La Vuelta today covers around 3250 km, but the race was substantially longer in the opening few editions. The third edition in 1941 saw riders cover an astonishing 4400 km across 22 stages. Vuelta 2017 will run for 3277 km across 21 stages. *our of Spain is part of the three races that are otherwise known as the Grand Tour since it is a multistage event covering the length and breadth of a country. La Vuelta is especially tough amongst the trio since it takes place towards the end of the cycling season and riders are quite tired by the time they arrive into the event.
Vuelta 2017 will start from Laias – Castrelo de Miño on August 20 with a team time trial before entering into the mountainous stages (Lugones – Lagos de Covadonga) on August 29. The race has its conclusion at Las Rozas – Madrid on September 11.
Winners and Overall Domination
Just as in the case of Tour de France, there have been some riders who have dominated the race over the years. There were not many repeat winners during the early part of the race. Since the 1990s, though, Tony Rominger and Roberto Heras have been on the podium more often than not. They have three wins apiece. Spain’s shining light of the modern era in the world of cycling – Alberto Contador – has also been a recipient of the red jersey. His victory came in 2008, 2012, and 2014 through general classifications.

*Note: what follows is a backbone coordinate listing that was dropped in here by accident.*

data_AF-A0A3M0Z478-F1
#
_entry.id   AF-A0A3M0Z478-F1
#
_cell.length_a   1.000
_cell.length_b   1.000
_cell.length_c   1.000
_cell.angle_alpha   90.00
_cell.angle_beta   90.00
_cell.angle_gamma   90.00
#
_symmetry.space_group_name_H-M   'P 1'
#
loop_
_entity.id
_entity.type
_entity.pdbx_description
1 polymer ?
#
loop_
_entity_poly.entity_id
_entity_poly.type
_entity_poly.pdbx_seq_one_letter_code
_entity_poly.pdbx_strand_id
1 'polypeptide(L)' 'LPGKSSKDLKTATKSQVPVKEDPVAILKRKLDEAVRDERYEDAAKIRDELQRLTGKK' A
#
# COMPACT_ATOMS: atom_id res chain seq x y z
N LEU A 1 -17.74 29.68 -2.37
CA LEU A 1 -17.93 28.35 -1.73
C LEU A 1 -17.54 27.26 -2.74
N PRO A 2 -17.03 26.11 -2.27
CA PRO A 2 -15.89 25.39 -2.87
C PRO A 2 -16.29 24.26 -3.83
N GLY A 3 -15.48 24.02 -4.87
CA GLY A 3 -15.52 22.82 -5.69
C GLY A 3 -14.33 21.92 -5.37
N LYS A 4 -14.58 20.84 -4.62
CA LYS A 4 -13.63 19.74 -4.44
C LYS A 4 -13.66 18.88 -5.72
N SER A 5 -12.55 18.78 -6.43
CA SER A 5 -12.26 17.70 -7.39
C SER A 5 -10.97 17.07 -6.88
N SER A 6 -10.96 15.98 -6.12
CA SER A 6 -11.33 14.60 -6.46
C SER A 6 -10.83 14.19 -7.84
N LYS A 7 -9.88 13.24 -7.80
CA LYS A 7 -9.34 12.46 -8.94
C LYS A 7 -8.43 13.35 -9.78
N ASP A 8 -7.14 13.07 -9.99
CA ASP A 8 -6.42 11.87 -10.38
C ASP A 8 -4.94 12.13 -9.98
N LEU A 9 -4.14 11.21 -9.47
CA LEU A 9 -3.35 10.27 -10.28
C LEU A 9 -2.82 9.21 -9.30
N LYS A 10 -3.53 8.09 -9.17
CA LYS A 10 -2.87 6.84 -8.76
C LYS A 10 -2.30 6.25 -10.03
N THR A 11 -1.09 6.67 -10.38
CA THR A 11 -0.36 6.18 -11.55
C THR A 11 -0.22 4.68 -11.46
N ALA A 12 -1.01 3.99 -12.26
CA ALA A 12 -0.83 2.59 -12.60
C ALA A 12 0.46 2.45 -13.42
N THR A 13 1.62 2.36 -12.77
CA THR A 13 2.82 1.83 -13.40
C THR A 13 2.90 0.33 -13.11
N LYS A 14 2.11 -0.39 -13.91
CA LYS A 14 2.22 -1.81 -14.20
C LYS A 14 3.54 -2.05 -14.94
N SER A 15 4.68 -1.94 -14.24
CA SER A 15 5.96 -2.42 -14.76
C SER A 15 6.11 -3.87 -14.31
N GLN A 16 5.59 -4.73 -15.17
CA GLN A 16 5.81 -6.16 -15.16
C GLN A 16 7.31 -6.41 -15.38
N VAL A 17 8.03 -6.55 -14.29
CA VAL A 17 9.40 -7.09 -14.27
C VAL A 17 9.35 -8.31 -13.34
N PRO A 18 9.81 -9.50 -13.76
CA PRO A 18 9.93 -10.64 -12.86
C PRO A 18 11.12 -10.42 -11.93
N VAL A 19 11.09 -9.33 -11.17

It is not a surprise that Vuelta has been dominated more by Spanish riders and teams. In terms of stage victories, Spain leads the charge with a whopping 544 wins with Belgium coming second with 211 wins followed by Italy with 176 wins. Spain also has the most number of jerseys – 649 – with France coming a distant second with 155 jerseys. Belgium are not far behind with 140 jerseys in the Tour of Spain.